“I call with all my heart; answer me, Lord, and I will obey your decrees.” So prays the psalmist in Psalm 119:145.
Psalm 119, the longest chapter in the Bible, is all about the Bible. The writer tells us many things about the Word – what it is, what God wants to do for us through it, and most importantly, what our response should be to it.
Here’s an exercise I encourage you to do today. Read through Psalm 119 and look for the many different ways the psalmist describes his response to the Word. He answers the question, “How should I respond to the Word?” with the following: walk in it, consider it, learn it, live according to it, meditate on it, delight in it, long for it, understand it, choose it, set my heart on it, hold fast to it, trust in it, put my hope in it, seek it, speak of it, love it, remember it, give thanks for it, and believe in it.
And that’s just the first half of the psalm!
There is one particular response that appears more than any other: obey it. Arguably the most prominent theme in Psalm 119 is obedience to the Word of God. The psalmist mentions it at least 25 times – on average, at least once in every stanza.
Such a dominant theme begs the question, “What does it mean to obey the Word?”
The word “obey”, as found in the New International Version, can also be translated “keep”, which is usually how the English Standard Version (ESV) renders it. It’s a word that has several related meanings, including:
Take care of. In Genesis 2:15, God put Adam in the garden of Eden “to work it and keep it” (ESV).
Watch over and guard. In Genesis 3:24, after God drove Adam and Eve out of the garden, he put angels and a sword to “guard (or keep) the way to the tree of life” (ESV).
Preserve and protect. In Numbers 6:24, God told Moses that Aaron should use the following words when speaking to the people, “The Lord bless you and keep you; the Lord make his face to shine upon you and be gracious to you”.
Observe and perform. In Exodus 12:24-25, on the night of the Exodus from Egypt, Moses told the Jews that God expects them to “observe/obey” (ESV/NIV) and “keep/observe” (ESV/NIV) the Passover celebration when they come into the promised land.
This last meaning, to observe and perform, is the most common meaning of the word “obey”, and the one we usually think of first when we encounter either “obey” or “keep” in the Bible. “Love the Lord your God and keep his requirements, his decrees, and his commands always” (Deuteronomy 11:1).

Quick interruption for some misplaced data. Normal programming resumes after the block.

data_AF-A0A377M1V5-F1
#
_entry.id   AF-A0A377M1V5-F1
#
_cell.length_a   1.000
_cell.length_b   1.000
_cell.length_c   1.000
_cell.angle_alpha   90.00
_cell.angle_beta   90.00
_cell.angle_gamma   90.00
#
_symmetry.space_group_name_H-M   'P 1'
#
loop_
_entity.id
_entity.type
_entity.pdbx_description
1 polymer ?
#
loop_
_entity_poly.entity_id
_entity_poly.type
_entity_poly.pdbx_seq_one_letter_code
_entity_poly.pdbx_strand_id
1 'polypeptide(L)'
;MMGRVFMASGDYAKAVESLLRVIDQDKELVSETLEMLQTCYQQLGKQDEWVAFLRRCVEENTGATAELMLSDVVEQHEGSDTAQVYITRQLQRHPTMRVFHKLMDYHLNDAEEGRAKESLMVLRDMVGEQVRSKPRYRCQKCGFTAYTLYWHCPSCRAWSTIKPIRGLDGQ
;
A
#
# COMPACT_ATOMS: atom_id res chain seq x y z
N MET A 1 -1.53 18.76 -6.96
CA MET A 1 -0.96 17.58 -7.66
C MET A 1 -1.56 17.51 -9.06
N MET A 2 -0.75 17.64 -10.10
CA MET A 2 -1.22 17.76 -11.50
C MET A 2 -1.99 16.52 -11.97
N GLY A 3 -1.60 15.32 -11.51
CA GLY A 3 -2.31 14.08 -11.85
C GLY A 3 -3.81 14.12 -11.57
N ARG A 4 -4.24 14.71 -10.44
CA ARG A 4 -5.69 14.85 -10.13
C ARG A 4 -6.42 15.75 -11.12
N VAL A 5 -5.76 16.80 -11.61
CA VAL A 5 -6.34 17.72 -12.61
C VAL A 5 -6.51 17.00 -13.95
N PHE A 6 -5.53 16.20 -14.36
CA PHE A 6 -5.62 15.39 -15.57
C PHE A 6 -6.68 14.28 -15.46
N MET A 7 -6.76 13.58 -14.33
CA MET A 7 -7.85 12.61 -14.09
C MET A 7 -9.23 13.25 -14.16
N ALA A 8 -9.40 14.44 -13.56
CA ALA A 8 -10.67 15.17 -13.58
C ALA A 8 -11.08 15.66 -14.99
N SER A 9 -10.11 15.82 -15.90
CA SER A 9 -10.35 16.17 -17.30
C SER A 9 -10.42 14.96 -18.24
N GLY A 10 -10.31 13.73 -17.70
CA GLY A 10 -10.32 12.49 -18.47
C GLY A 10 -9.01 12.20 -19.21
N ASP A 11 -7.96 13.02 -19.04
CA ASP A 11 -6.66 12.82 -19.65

But please note that to obey/keep the Word involves much more than external behavior or adherence to the Ten Commandments. Certainly this is a critical component, and without it, there is no obedience. But to get the full scope of what God means by “obey”, let’s not overlook these other aspects – we are to not only “do” the Word, but also take care of it, watch over it, guard it, preserve it, and protect it.
Who is sufficient for such a task? Only by the grace of God and the power of the Holy Spirit can we live up to these expectations.
Furthermore, Psalm 119 gives us much to think about with regard to how we obey the Bible. The end result of obedience is external behavior. But Christ-honoring obedience begins in the heart and must be the outward manifestation of genuine love for God.
We obey the Word because we love the Word. “I obey your statues, for I love them greatly” (Psalm 119:167). And we love the Word because we love God. If our motive for obedience is anything else, then our obedience displeases God and becomes an act of sinful hypocrisy. Note the word order in Deuteronomy 11:1, quoted above. It is no accident that “love” preceeds “keep”.
Do you see the fine line between obedience and sin? I can do what looks like an act of obedience, yet if my motive is not love for God, have I really obeyed God?
And so we must examine ourselves daily in this regard, and may this be our prayer, “Give me understanding, so that I may keep your law and obey it with all my heart” (Psalm 119:34).
Obedience must be with the heart and from the heart. I take that to mean, at a minimum, that I obey God because I have a sincere desire to please him. I obey him because I truly want to obey him. And this obedience is the expression of a thankful heart. Because he has done so much for me, I want to live in a way that brings much praise, honor and glory to him.
Is this the cry of your heart? May it be so.